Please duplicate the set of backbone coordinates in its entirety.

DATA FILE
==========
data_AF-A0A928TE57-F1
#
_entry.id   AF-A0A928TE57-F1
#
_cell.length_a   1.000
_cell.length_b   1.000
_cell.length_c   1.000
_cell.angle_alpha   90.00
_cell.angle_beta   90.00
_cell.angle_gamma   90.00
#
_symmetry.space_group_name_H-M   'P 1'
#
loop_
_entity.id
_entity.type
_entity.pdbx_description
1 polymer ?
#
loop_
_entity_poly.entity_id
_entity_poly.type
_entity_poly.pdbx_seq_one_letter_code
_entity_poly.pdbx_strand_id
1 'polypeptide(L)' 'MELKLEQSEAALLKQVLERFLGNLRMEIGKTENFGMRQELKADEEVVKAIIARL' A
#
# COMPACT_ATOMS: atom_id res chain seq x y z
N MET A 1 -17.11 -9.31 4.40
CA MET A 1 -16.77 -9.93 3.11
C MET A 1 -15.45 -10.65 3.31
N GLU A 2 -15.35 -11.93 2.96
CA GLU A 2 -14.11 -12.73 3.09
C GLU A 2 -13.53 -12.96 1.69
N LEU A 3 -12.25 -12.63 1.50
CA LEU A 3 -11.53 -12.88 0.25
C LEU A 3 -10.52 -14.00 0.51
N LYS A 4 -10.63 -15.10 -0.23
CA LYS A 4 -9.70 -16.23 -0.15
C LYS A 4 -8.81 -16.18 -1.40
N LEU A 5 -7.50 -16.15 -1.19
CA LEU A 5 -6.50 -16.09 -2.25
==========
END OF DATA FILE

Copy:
data_AF-A0A928TE57-F1
#
_entry.id   AF-A0A928TE57-F1
#
_cell.length_a   1.000
_cell.length_b   1.000
_cell.length_c   1.000
_cell.angle_alpha   90.00
_cell.angle_beta   90.00
_cell.angle_gamma   90.00
#
_symmetry.space_group_name_H-M   'P 1'
#
loop_
_entity.id
_entity.type
_entity.pdbx_description
1 polymer ?
#
loop_
_entity_poly.entity_id
_entity_poly.type
_entity_poly.pdbx_seq_one_letter_code
_entity_poly.pdbx_strand_id
1 'polypeptide(L)' 'MELKLEQSEAALLKQVLERFLGNLRMEIGKTENFGMRQELKADEEVVKAIIARL' A
#
# COMPACT_ATOMS: atom_id res chain seq x y z
N MET A 1 -17.11 -9.31 4.40
CA MET A 1 -16.77 -9.93 3.11
C MET A 1 -15.45 -10.65 3.31
N GLU A 2 -15.35 -11.93 2.96
CA GLU A 2 -14.11 -12.73 3.09
C GLU A 2 -13.53 -12.96 1.69
N LEU A 3 -12.25 -12.63 1.50
CA LEU A 3 -11.53 -12.88 0.25
C LEU A 3 -10.52 -14.00 0.51
N LYS A 4 -10.63 -15.10 -0.23
CA LYS A 4 -9.70 -16.23 -0.15
C LYS A 4 -8.81 -16.18 -1.40
N LEU A 5 -7.50 -16.15 -1.19
CA LEU A 5 -6.50 -16.09 -2.25